Cold Hard Wonk

No sentiment but politics


Posted by JJ in Golden Tacks, Full-Timers (Saturday December 30, 2006 at 11:12 pm)

There are many reasons to oppose or support the gun registry, but one stands above all the rest: that constitutional fiat, good governance.

Those who portray much of political history as a transition from absolutism to freedom have a tendency to ignore this point, but a government can only ever act in accordance with the popular will. As easy as it is to understand that people will only take so much before rebelling, most folks continue to entertain the happy fables of absolute monarchy which made the rounds of the 17th century.

What history teaches is that a government which defies reality isn’t likely to last very long. And one which continually passes laws which it can’t enforce isn’t far removed from the boy who cried wolf, only more laughable.

This point was an essential part of James Madison’s 18th century condemnation of a Virginia proposal to fund religious education:

13. Because attempts to enforce by legal sanctions, acts obnoxious to go great a proportion of Citizens, tend to enervate the laws in general, and to slacken the bands of Society. If it be difficult to execute any law which is not generally deemed necessary or salutary, what must be the case, where it is deemed invalid and dangerous? And what may be the effect of so striking an example of impotency in the Government, on its general authority?

Whatever else might be said of the gun registry, this much is true. From the outset the government was confronted with the real possibility of mass civil disobedience:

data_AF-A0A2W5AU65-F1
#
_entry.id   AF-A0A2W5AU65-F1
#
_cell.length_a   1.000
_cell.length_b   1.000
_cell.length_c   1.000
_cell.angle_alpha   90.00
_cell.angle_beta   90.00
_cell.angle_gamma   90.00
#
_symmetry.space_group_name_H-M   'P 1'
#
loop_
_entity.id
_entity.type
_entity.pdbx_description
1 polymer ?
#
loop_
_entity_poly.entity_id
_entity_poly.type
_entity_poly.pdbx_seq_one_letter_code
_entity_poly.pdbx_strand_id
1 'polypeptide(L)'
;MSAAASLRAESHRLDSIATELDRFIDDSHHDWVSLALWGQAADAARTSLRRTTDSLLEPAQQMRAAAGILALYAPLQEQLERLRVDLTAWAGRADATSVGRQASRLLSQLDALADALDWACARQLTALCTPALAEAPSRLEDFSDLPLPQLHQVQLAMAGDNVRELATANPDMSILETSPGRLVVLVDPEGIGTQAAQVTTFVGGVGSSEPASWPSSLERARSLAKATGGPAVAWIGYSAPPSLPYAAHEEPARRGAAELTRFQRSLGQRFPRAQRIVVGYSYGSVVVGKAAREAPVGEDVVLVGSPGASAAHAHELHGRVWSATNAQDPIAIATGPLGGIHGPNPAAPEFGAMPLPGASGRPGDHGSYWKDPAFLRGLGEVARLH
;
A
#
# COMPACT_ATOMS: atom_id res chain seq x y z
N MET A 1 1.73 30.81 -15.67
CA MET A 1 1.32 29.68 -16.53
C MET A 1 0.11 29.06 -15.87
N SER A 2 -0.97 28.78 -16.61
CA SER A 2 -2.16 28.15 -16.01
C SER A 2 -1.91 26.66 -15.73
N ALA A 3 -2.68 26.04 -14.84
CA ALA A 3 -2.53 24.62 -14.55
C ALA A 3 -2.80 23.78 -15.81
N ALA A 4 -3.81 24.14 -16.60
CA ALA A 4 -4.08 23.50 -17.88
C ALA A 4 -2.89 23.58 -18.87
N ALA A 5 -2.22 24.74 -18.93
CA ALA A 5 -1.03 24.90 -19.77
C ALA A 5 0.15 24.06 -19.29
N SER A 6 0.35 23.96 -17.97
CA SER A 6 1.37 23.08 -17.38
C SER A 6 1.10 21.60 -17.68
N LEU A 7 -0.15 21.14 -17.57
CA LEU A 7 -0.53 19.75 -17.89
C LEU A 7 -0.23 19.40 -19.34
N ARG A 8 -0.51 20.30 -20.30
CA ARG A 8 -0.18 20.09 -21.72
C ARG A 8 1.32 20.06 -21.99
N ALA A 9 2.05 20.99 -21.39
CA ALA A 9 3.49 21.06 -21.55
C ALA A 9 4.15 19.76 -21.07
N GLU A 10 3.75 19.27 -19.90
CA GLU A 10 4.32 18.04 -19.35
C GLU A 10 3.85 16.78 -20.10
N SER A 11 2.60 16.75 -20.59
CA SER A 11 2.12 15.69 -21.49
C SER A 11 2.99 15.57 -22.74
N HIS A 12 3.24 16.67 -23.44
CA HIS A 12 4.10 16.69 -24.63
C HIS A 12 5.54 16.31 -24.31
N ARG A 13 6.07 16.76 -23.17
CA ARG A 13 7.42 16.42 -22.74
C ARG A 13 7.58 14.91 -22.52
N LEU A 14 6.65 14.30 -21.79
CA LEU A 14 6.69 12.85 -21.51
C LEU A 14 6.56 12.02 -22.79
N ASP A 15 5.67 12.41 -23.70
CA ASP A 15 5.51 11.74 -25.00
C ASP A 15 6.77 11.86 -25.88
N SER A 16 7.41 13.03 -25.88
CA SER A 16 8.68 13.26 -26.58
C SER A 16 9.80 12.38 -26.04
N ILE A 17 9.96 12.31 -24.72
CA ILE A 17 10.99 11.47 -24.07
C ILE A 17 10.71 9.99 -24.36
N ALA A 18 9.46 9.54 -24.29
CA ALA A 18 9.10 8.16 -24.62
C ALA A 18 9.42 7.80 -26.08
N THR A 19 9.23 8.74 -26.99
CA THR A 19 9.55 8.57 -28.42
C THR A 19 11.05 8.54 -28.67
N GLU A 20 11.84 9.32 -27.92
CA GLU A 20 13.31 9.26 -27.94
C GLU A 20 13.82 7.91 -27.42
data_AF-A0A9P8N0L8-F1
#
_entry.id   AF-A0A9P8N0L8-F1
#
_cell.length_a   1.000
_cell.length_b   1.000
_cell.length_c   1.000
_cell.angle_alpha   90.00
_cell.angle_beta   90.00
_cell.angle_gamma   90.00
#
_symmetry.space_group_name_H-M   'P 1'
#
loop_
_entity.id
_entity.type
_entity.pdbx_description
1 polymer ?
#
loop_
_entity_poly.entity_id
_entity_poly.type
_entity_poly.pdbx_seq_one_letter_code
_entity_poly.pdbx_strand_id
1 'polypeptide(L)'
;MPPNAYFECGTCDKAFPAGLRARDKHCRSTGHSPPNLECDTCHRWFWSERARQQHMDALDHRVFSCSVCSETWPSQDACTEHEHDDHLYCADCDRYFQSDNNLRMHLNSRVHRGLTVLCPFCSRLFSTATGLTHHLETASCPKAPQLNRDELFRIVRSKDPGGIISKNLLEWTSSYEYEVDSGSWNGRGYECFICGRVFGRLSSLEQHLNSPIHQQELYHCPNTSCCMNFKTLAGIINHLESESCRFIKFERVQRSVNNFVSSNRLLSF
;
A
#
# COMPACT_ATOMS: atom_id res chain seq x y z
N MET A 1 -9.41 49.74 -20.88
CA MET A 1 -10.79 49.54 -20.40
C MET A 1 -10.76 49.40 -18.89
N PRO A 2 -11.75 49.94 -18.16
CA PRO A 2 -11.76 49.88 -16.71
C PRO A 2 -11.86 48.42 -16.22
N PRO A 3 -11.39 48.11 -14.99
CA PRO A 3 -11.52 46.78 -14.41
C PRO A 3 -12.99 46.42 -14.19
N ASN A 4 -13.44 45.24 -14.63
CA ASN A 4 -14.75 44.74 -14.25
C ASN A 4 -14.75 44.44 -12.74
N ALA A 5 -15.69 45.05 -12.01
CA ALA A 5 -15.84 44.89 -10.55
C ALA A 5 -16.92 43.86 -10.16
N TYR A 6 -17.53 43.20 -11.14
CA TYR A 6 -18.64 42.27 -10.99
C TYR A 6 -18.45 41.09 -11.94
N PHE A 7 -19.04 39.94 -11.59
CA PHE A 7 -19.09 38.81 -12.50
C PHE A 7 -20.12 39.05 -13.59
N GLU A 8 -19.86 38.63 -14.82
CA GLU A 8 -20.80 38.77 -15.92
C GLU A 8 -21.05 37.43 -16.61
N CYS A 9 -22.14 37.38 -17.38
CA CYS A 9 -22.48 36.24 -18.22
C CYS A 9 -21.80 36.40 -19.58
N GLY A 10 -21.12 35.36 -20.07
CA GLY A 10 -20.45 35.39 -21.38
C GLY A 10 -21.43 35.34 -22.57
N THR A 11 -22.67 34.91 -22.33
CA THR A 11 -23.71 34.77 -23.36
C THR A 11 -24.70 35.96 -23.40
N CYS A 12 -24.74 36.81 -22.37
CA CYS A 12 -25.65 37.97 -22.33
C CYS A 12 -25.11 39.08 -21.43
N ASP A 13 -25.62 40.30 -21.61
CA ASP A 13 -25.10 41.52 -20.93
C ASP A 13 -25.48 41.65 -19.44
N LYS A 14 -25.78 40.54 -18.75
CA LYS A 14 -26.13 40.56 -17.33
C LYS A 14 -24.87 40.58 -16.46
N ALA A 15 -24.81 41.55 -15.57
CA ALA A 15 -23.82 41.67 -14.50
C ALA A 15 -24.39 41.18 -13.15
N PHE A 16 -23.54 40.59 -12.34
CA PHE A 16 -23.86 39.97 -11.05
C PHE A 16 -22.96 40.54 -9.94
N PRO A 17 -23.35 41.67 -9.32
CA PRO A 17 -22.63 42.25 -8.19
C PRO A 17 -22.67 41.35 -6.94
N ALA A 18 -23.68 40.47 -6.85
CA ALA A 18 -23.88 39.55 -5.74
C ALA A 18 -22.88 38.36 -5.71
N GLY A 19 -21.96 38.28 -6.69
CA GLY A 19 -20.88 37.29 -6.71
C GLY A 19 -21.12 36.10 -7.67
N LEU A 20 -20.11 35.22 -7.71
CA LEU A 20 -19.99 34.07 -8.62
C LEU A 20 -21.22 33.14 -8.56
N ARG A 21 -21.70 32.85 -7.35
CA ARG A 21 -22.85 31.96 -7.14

. . .even the most fervent gun control supporter could not have anticipated the level of resistance to Bill C-68. . .six provinces and two territories backed a constitutional challenge to the firearms legislation. . .all four western provinces as well as Newfoundland opted out of administering the firearms program, meaning Ottawa had to directly incur the costs of doing so. Individual gun owners also proved obstinate, waiting until the last minute to apply for a licence or register their firearms and creating backlogs that were costly to unclog.

Confronted with uncooperative behaviour, the government began to bend:

In an attempt to placate critics, the Justice Department reduced registration fees and offered refunds, forcing the government to foot a bigger portion of the bill.

No wonder the program ran from a few millions into the billions of dollars, sparking a profoundly negative audit.

These are not the marks of mere disapproval. Some degree of controversy has been raised even over the registry’s completeness. The refusal of half the provinces to enforce federal law; the acknowledgement that registration would not take place without cutting or refunding the registration fees; the possibility that many millions of firearms possessed by otherwise law-abiding citizens have not been registered — these are the marks of rebellion; and only force or government acquiescence can quell that.

Whether, then, you believe in maintaining a registry or not, it should be clear that this registry is too ill-omened to live. If you’re keen to have guns registered, destroy the present registry and create a new one which does more to respect legal owners (read the last few letters). You eliminate what has become a twin symbol of mismanagement and authoritarianism and simultaneously make an effort to co-opt some current detractors. If you’re keen to eliminate the registry, there’s a more profound reason than being pro-gun ownership.

And that reason is the principle of parsimony in government: the ability to control anything else depends, first and foremost, on the ability to control oneself.

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